Mayor Eric Adams is blaming the tragic death of an NYPD officer on a breakdown in the criminal justice system.

He wants state lawmakers to consider changes to New York’s penal code and mental health laws — even as politicians are working on a budget deal that is on track to be late.

“You do an analysis of all of these reports that you're doing and you're going to keep coming up with the same three items: severe mental health, random act of violence, recidivism, over and over again,” Adams said during a press conference Tuesday at City Hall.

What You Need To Know

  • Mayor Eric Adams wants state lawmakers to analyze how current laws deal with repeat offenders
  • Adams wants to strengthen how courts order outpatient treatment for people struggling with their mental health
  • He is advocating for changes to be made to Kendra’s Law, which allows state courts to order people with mental health issues into treatment
  • Gov. Kathy Hochul officially extended the April 1 budget deadline to April 4 on Wednesday

NYPD officer Jonathan Diller was shot and killed during a traffic stop in Queens on Monday. The mayor is now turning up the heat on Gov. Kathy Hochul and state leaders, claiming New York’s penal code is ineffective.

“You know, the term bail has become a popular term, but it is more than just bail. We have to properly fund discovery rules,” Adams said.

On Wednesday, Hochul officially extended the April 1 budget deadline to April 4.

“For weeks, I have been negotiating with the legislature to craft a budget that makes record investments for New Yorkers while putting the state on a fiscally stable path into the future. While I believe a final agreement is within reach, I recognize many New Yorkers would like to spend the holiday weekend with family and loved ones,” Hochul said in a statement.

Some elected officials say they need more time to consider additional criminal justice changes.

“I think we have to do a hard look at everything — how we invest in and make sure crimes don’t happen in the first place and how we invest and make sure they don't happen again,” said state Assemblyman Brian Cunningham, a Brooklyn Democrat.

Republican Assemblyman Michael Durso represents the district where Diller’s family lives.

“I agree with the mayor that we need to look into recidivism, but we don't need a study on it. The study is right there in the paper every day, whether it's someone getting pushed on the subway tracks, whether it's an officer being killed,” Durso told NY1.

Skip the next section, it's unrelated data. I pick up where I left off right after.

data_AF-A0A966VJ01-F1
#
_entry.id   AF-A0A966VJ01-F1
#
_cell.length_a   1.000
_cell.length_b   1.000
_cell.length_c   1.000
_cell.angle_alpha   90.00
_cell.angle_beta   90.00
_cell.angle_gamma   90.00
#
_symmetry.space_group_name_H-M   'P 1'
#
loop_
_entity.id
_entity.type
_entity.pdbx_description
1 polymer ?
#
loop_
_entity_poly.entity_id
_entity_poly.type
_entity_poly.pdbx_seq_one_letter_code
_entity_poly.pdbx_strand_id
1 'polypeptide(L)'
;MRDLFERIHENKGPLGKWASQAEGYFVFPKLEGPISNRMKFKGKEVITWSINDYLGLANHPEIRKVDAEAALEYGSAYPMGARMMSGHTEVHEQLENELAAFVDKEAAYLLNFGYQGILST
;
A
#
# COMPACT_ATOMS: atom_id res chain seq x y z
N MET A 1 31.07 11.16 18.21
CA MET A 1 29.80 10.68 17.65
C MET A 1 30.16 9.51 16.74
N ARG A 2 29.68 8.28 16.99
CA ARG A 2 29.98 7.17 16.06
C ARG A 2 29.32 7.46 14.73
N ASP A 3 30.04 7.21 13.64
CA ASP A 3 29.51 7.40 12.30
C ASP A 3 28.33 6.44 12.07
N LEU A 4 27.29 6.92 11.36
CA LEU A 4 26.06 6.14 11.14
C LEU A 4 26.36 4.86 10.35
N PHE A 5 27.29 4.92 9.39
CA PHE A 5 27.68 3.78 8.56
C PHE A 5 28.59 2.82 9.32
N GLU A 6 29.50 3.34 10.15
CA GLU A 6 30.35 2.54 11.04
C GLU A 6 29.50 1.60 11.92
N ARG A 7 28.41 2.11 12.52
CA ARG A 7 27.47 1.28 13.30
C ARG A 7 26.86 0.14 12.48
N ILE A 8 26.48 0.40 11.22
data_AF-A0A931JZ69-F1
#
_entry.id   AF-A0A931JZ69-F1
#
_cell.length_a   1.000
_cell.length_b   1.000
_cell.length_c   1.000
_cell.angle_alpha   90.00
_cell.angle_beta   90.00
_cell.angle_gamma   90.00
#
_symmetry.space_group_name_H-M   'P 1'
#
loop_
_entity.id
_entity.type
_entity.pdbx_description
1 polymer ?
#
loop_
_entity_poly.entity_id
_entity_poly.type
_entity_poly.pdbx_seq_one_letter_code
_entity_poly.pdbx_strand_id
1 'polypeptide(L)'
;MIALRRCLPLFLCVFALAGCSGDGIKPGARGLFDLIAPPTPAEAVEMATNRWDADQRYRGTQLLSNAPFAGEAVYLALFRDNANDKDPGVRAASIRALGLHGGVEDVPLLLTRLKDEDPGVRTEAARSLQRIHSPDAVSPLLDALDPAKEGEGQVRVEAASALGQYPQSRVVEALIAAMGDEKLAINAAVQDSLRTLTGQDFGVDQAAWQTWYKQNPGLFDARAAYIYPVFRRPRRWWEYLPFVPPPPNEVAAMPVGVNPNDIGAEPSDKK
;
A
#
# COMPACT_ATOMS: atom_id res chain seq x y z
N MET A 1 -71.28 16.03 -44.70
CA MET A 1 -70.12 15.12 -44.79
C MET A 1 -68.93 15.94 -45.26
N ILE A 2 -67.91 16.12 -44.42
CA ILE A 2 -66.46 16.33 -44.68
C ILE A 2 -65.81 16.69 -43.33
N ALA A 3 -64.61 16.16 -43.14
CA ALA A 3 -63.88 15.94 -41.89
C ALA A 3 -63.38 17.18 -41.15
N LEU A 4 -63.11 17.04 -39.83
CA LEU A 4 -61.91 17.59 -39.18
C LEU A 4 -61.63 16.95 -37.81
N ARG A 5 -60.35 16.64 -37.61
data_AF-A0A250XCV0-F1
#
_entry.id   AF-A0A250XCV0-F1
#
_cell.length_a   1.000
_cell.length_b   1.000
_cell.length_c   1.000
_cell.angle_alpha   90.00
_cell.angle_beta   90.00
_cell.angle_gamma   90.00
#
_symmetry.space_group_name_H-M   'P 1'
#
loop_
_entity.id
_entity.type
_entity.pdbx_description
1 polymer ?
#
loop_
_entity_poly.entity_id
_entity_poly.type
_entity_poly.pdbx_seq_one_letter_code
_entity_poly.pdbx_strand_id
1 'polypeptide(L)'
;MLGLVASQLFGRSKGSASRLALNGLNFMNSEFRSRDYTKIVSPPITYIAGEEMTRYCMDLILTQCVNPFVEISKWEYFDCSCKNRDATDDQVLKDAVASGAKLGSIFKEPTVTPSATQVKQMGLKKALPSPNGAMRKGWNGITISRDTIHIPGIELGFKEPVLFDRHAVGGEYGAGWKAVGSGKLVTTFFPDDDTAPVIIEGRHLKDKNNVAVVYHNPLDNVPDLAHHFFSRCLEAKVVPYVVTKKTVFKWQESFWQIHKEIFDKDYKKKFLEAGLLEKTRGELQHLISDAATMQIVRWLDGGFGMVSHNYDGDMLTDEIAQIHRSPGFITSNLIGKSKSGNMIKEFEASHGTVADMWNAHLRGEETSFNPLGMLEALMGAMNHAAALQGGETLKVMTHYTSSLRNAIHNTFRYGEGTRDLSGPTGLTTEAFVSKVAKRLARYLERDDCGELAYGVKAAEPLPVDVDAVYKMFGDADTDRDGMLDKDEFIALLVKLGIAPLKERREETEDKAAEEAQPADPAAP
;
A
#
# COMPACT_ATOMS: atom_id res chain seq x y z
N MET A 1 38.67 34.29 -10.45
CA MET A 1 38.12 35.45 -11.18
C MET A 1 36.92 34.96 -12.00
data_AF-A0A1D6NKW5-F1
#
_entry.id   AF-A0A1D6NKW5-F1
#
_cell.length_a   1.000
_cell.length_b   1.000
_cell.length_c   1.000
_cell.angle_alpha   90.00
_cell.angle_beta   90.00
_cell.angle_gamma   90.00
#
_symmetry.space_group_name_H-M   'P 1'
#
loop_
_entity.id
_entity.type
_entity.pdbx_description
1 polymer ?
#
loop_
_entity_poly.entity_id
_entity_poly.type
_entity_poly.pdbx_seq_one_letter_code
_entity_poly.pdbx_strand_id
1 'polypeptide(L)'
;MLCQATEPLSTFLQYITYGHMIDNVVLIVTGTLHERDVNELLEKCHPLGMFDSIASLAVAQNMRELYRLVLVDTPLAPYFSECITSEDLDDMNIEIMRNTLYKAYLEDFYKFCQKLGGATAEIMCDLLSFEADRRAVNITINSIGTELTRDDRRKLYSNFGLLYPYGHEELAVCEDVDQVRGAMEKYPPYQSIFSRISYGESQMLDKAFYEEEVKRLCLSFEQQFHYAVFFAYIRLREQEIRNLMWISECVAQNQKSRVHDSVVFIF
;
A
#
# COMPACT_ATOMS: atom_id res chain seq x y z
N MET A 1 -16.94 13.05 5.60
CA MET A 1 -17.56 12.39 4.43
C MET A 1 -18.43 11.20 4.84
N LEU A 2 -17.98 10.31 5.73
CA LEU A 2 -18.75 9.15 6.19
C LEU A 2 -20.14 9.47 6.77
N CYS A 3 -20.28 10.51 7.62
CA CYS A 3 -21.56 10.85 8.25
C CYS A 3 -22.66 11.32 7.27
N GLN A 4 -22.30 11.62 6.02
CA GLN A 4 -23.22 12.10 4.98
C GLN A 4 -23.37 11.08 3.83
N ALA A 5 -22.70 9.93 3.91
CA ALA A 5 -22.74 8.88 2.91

Last year, Hochul and the legislature rolled back parts of the 2019 bail reform law by expanding the jurisdiction of a judge over repeat offenders.

The governor and mayor agree, however, that more mental health support is needed.

Hochul’s budget plans include opening new psychiatric beds and adding funding for new mental health courts.

She separately approved adding 1,000 law enforcement members, including members of the New York Army National Guard, to patrol the subway system after a conductor was slashed in the throat last month.

Hochul also proposed a three-year transit ban on people with a criminal background and wants to expand mental health response teams and crisis intervention teams.

“Unfortunately, not everybody can be rehabilitated. And so it makes us reevaluate our laws and certainly how we treat certain individuals, whether it be mental health issues or whether it be a crime that they commit,” said state Sen. Joe Addabbo, a Queens Democrat.

Adams said he wants to strengthen how courts order outpatient treatment for people struggling with their mental health who are deemed a danger to themselves and others.

This is known as Kendra's Law, which became effective in 1999 and is reviewed periodically by the legislature for continuation.

The law was named after Kendra Webdale, who was pushed onto subway tracks and killed by a man with a history of mental illness. Adams wanted to make changes to the law in 2022 when the city released its new subway safety plan, calling on the state government to improve mental health care in New York.

“Firstly, we clarify the standard by which someone can be held involuntarily for treatment. And it would also require hospital facilities to screen someone for the opportunity to participate in Kendra’s Law program when they’re discharged,” state Assemblyman Ed Braunstein, a Queens Democrat, told NY1.

Braunstein introduced a bill last year that would change the current law’s standards.

Although the legislation still needs a companion sponsor in the state Senate, it is backed by City Hall.

“There's no consideration sometimes of their previous behavior. And this will add those factors into the standard by which someone else could be held involuntarily,” Braunstein said.

But Braunstein admitted that it’s an uphill battle convincing colleagues to sign on to the measure.

“When you're mandating medical treatment, it is somewhat controversial. And we're working to make my colleagues understand that this is something that's compassionate and necessary,” Braunstein said.

Adams administration officials told NY1 they are interested in working on the legislation outside of state budget negotiations.